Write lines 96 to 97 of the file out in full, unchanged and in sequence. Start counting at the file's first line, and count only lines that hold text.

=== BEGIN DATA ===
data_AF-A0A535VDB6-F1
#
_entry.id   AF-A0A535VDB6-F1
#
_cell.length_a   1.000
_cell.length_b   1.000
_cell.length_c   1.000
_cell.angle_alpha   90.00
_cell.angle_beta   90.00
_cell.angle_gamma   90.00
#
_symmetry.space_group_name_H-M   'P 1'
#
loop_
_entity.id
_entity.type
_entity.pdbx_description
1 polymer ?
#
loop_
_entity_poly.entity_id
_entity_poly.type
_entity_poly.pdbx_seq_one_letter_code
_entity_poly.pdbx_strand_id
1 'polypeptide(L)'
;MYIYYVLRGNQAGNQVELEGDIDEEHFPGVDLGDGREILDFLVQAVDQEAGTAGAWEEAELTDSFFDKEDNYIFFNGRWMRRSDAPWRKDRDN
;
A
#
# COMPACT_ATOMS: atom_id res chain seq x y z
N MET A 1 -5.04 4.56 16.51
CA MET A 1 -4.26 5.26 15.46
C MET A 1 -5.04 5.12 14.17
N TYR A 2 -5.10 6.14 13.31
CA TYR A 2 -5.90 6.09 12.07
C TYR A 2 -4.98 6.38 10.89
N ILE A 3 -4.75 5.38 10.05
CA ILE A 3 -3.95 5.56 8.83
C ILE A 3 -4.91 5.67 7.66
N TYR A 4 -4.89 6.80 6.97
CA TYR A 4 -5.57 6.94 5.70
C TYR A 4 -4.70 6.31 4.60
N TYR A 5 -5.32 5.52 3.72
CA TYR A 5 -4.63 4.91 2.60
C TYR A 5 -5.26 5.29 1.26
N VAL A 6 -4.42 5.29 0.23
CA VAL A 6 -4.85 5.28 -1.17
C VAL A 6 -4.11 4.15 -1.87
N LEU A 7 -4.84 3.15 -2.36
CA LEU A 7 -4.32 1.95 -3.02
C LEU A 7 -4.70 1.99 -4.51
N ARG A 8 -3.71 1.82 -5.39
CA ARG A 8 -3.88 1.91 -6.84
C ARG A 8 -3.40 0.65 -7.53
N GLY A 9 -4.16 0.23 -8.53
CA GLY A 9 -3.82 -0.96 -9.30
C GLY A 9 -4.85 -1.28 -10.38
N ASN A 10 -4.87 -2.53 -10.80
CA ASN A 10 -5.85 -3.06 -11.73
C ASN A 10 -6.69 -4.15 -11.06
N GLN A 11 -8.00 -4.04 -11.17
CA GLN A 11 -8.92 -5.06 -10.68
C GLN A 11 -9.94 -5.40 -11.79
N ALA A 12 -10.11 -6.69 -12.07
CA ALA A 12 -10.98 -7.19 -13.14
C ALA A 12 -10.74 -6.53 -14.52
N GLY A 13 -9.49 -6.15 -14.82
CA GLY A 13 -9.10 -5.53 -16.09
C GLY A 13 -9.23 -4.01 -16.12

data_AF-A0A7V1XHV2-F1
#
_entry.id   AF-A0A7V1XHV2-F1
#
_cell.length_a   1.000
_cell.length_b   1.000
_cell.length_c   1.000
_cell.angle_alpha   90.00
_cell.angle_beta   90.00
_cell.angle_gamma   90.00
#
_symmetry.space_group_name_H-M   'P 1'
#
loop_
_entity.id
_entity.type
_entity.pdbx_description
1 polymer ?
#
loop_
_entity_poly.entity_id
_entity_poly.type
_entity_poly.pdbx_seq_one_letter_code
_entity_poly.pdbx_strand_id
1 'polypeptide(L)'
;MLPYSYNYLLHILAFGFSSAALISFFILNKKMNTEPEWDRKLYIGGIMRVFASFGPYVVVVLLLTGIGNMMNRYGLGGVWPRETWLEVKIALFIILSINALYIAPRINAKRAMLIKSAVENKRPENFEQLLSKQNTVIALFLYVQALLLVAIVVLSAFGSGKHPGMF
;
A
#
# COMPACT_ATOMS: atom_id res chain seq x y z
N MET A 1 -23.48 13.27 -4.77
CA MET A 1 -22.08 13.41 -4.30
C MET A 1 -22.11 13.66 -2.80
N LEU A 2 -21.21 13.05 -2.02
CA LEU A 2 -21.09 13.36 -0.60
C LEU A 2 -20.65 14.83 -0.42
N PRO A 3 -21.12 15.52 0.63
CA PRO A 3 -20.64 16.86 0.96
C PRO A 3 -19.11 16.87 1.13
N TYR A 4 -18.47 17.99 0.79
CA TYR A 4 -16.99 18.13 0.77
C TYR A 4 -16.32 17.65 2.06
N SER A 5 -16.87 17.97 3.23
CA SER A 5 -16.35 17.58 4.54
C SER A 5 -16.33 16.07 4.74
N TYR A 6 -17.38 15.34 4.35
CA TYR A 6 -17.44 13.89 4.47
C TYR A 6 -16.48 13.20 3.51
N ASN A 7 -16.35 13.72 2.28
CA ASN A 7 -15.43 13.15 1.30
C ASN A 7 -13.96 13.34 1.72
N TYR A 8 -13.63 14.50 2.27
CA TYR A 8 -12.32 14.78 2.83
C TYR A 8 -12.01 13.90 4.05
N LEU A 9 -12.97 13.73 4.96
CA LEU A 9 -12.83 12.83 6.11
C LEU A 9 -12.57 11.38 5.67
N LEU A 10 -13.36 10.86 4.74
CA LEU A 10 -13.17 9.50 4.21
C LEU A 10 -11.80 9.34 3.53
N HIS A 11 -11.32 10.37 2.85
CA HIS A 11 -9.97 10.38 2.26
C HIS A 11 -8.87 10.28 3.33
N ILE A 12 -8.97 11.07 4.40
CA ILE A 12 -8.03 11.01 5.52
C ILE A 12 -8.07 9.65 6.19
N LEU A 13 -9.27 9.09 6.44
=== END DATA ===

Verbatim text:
;
A